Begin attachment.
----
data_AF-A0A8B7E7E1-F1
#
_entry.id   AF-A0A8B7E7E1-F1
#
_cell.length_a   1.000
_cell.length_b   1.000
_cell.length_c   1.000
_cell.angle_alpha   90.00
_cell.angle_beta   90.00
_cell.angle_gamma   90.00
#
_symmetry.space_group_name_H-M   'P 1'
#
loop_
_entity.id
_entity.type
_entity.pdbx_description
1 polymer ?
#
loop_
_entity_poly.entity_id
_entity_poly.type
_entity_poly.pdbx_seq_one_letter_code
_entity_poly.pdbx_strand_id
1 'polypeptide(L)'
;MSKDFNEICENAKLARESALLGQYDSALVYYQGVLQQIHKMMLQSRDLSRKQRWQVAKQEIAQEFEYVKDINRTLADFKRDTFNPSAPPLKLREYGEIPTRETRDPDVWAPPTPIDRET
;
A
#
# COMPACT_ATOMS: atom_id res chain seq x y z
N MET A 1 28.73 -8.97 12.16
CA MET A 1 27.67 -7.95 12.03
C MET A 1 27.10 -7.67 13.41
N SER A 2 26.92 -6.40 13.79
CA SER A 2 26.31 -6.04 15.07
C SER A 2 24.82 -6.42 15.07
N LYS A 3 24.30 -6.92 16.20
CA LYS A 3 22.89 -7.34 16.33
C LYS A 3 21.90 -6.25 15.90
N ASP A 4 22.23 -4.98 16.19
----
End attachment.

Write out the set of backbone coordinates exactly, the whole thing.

data_AF-A0A8B7E7E1-F1
#
_entry.id   AF-A0A8B7E7E1-F1
#
_cell.length_a   1.000
_cell.length_b   1.000
_cell.length_c   1.000
_cell.angle_alpha   90.00
_cell.angle_beta   90.00
_cell.angle_gamma   90.00
#
_symmetry.space_group_name_H-M   'P 1'
#
loop_
_entity.id
_entity.type
_entity.pdbx_description
1 polymer ?
#
loop_
_entity_poly.entity_id
_entity_poly.type
_entity_poly.pdbx_seq_one_letter_code
_entity_poly.pdbx_strand_id
1 'polypeptide(L)'
;MSKDFNEICENAKLARESALLGQYDSALVYYQGVLQQIHKMMLQSRDLSRKQRWQVAKQEIAQEFEYVKDINRTLADFKRDTFNPSAPPLKLREYGEIPTRETRDPDVWAPPTPIDRET
;
A
#
# COMPACT_ATOMS: atom_id res chain seq x y z
N MET A 1 28.73 -8.97 12.16
CA MET A 1 27.67 -7.95 12.03
C MET A 1 27.10 -7.67 13.41
N SER A 2 26.92 -6.40 13.79
CA SER A 2 26.31 -6.04 15.07
C SER A 2 24.82 -6.42 15.07
N LYS A 3 24.30 -6.92 16.20
CA LYS A 3 22.89 -7.34 16.33
C LYS A 3 21.90 -6.25 15.90
N ASP A 4 22.23 -4.98 16.19